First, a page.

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Culture and People

Batwa Pygmy People At Mgahinga National Park

Visitors could be attracted to Mgahinga to see the gorillas of Uganda, but there’s another reason to travel to Uganda’s Mgahinga National Park; the Batwa Pygmy people.

These last remaining members of the endangered Batwa pygmy tribe that once flourished in the forest today live on the edges of Mgahinga.

Who are the Batwa People

The Batwa pygmies are hunter-gatherer people who lived in Mgahinga and the neighboring rain forests for thousands of years.

They lived a typical hunter-gatherer culture; the men used simple spears or bows and arrows to catch birds, monkeys, small antelopes, and bush pigs, while the women foraged for wild honey, fruits, and berries.

They relied entirely on the rainforest for their existence, living in grass huts and dressing in the skins of the animals they killed.

What Is The Social And Economic Life Of The Batwa Today

In 1991, Mgahinga has gazetted a National Park and the Batwa were forced out of the area. They were relocated to camps, settlements, and neighboring communities. After the eviction, the Batwa people faced and still face challenges of living among the other people in the neighboring communities as they continue to be discriminated against and stigmatized due to their different ways of life and their physical appearance.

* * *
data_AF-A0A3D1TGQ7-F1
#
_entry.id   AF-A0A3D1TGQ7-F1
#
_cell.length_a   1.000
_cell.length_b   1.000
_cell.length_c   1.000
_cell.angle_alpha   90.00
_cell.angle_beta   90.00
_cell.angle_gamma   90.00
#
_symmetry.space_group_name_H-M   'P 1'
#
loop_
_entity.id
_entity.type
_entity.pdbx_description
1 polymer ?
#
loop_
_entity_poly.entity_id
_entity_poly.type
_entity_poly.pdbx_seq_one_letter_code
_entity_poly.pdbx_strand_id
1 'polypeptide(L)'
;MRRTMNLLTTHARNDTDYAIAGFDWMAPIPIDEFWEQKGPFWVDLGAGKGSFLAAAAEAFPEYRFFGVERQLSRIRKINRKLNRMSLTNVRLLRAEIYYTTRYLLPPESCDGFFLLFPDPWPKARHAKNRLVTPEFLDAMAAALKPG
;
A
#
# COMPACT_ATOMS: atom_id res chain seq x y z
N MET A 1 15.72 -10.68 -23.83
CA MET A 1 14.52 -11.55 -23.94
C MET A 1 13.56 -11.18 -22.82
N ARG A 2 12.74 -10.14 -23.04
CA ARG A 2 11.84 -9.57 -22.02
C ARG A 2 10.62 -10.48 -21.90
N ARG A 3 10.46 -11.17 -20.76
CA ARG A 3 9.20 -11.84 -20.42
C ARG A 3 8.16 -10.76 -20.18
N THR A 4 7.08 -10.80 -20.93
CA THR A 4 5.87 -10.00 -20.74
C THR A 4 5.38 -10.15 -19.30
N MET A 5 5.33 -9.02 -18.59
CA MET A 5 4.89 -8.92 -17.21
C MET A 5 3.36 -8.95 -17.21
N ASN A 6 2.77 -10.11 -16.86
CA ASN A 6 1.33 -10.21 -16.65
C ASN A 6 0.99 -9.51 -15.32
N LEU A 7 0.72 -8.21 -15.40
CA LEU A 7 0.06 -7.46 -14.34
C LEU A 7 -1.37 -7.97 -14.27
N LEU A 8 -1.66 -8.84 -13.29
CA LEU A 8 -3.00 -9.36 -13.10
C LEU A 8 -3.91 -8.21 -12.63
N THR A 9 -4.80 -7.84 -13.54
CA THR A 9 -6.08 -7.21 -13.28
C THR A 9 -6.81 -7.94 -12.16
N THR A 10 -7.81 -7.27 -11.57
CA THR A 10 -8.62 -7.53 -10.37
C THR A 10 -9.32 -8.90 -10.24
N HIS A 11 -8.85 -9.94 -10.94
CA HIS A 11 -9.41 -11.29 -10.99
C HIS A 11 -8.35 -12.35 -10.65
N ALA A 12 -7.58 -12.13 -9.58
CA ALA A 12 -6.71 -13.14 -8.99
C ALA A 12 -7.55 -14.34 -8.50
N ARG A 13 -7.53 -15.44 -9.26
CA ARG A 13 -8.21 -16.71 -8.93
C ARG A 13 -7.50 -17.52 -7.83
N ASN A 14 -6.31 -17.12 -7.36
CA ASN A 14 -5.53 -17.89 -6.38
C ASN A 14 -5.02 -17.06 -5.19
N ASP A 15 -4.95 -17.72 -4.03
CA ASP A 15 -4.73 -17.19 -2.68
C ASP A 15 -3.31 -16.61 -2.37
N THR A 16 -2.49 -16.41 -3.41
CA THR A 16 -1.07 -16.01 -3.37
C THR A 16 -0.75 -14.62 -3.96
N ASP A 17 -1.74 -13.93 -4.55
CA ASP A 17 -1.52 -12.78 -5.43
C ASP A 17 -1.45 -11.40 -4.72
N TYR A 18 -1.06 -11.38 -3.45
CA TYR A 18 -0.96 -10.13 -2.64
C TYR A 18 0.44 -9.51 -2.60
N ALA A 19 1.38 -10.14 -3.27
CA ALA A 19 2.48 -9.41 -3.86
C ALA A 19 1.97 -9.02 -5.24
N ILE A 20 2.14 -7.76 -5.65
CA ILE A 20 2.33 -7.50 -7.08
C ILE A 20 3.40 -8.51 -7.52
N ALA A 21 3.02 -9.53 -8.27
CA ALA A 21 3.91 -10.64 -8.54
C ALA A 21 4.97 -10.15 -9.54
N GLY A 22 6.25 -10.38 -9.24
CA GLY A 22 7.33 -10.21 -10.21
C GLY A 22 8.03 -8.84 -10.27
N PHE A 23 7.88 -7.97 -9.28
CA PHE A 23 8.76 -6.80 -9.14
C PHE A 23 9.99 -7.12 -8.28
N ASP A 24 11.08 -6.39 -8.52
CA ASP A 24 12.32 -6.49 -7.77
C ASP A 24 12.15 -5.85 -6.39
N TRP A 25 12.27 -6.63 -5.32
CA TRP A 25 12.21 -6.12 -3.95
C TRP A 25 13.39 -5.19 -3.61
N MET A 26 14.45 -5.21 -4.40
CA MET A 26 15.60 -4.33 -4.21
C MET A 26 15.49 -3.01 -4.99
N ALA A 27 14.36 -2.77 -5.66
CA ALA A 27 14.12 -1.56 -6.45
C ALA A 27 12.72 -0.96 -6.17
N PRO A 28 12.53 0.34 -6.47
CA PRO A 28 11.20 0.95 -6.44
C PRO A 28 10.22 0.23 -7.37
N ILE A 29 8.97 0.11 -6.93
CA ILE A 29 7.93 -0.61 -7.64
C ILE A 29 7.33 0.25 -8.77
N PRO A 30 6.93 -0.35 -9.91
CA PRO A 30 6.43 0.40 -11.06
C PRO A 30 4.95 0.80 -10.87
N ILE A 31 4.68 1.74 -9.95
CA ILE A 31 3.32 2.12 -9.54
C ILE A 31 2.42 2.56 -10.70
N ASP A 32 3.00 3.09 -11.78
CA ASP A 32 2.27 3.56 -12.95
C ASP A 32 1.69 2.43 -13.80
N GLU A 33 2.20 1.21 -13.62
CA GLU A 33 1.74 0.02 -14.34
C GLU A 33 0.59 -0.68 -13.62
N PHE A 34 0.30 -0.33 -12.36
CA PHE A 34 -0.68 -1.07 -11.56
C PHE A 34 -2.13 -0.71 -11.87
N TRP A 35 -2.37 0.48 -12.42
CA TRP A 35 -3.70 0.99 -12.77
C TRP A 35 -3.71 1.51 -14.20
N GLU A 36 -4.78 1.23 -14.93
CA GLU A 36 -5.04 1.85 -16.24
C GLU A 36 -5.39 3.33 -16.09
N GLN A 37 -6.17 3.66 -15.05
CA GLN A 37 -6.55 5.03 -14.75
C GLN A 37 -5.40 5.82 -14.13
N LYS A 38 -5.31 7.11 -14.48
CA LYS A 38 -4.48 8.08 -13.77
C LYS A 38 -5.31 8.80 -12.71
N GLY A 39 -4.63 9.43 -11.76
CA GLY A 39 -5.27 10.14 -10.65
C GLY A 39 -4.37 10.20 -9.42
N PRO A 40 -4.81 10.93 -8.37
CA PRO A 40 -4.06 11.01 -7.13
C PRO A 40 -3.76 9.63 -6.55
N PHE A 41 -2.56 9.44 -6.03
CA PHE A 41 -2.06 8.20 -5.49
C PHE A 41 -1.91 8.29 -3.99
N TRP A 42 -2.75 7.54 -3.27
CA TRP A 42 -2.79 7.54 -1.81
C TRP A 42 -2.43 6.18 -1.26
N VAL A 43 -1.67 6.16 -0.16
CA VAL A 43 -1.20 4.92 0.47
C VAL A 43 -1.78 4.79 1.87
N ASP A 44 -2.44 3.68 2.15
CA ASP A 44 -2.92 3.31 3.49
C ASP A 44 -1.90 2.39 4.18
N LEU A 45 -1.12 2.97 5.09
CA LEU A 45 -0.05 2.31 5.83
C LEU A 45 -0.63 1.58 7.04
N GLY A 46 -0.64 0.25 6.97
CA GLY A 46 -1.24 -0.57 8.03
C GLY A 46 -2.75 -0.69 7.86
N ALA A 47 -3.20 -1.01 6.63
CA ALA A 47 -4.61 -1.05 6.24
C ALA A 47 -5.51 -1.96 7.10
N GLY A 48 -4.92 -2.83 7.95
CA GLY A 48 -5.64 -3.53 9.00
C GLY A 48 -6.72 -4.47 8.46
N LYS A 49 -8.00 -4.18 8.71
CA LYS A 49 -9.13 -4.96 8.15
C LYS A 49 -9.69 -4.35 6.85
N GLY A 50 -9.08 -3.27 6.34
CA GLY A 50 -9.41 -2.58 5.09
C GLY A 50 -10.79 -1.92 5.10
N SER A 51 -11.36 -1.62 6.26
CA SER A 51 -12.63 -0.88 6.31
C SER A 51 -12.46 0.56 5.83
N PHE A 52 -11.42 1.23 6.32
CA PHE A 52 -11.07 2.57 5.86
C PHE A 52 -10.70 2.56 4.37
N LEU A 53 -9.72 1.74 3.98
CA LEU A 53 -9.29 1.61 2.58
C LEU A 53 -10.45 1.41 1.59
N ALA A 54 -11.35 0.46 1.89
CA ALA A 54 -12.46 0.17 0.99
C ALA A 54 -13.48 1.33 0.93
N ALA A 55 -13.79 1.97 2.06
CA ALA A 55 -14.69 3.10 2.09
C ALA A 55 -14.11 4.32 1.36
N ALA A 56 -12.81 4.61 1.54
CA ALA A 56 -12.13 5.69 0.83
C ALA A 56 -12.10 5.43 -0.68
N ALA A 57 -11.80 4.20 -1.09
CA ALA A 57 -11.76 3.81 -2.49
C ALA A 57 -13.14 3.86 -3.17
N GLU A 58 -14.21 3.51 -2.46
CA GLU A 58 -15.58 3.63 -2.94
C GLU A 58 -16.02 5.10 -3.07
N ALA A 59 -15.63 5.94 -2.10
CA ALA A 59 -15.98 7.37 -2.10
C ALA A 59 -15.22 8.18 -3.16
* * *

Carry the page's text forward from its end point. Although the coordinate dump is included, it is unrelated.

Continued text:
Today, there are poorest Uganda and many of them earn their living from carrying heavy loads of merchandise for traders in markets and working on farms of other people.

Their population and culture had also started to diminish and in fact today, there are less than 3,000 Batwa People.

However, things have begun to change, the Uganda Wildlife in conjunction with USAID (United States Agency for International Development plus the Embassy of Netherlands in Kampala started the Batwa Cultural Trail in Mgahinga Gorilla Park.

This trail is led by local Twa (Batwa) who explain how they used to live in the forest before being forcibly removed. Part of the Batwa cultural trial fee goes directly to the and the rest goes to the Batwa community fund to cover school fees and books and improve their livelihoods.

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